The only way to tell between wild and farmed fish is by experience.
The only way to tell between wild and farmed fish is by experience.
Should we let the fishmonger butcher the fish?

Theoretically it’s better to do it yourself at home. But considering many modern home kitchens are small and under-equipped, and it’s nearly impossible to find sea water to keep the fish alive, I’d rather ask the fishmonger to help. Butchering fish should take place when it stays still. If it gets killed at an overexcited state, its flesh would tense up and decrease the overall quality.

What should we do before steaming fish?


Take the fish out from the fridge around 15 minutes before steaming. Make sure it’s completely scaled. Score the back and the belly of the fish, and pierce some holes on its body. This would result in an even distribution of heat.

What are some common ingredients when preparing steamed fish?

Plain steaming: steam fish with only spring onion, chicken oil and fermented black soybean sauce, it's suitable to most fish.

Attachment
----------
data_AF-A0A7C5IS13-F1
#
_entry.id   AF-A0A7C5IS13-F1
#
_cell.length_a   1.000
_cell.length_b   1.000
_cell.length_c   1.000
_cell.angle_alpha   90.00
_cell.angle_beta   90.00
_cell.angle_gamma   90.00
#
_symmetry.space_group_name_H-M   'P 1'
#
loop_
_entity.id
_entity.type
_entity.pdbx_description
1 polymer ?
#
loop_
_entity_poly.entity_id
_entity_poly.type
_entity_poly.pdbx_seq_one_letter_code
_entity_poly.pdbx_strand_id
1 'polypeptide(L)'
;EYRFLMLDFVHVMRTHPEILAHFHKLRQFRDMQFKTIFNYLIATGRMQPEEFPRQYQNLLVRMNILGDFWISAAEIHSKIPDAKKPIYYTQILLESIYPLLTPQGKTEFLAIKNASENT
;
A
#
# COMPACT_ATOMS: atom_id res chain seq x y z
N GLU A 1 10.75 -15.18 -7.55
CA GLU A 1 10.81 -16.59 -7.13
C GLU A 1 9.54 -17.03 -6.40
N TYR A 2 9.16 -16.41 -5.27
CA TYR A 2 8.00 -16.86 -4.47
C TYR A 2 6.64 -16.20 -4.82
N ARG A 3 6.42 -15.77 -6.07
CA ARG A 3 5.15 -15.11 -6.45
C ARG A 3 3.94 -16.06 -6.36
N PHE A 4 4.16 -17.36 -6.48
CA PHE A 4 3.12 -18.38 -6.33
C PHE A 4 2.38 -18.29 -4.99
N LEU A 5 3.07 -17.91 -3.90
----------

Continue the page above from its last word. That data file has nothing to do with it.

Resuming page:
Traditional method: steam with sliced shiitake mushrooms, meat, dried mandarin peel and ginger. Suitable to most fish (except for mottled spinefoot).

Lemon: steam with fresh and Chinese preserved lemon, a classic pairing for flathead grey mullet.

Fermented black soybean sauce: steam with fermented black soybeans, usually paired with flathead grey mullet, butterfish and Waigeo barramundi.

Dried mandarin peel: steam with dried mandarin peel, best with spotted scat, mottled spinefoot and tonguefish. The refreshing citrus notes help eliminate the muddy tastes in the fish.
The chopsticks and spring onion under the fish are the key for steam circulation.
The chopsticks and spring onion under the fish are the key for steam circulation.
What should we pay attention while steaming the fish?

Air circulation is the biggest factor in steaming fish. Putting chopsticks and spring onions under the fish helps achieve this goal. Spring onions also evict the fishy taste from the fish. Simply use it along with ginger and chicken oil. Chicken oil gives the fish a smooth texture and lavish fragrance. You can also substitute it with cooking oil, or not add any oil to the steamed fish. The steamed fish at the restaurant isn’t much different from the ones you make at home. It’s all the equipment that makes us look more professional.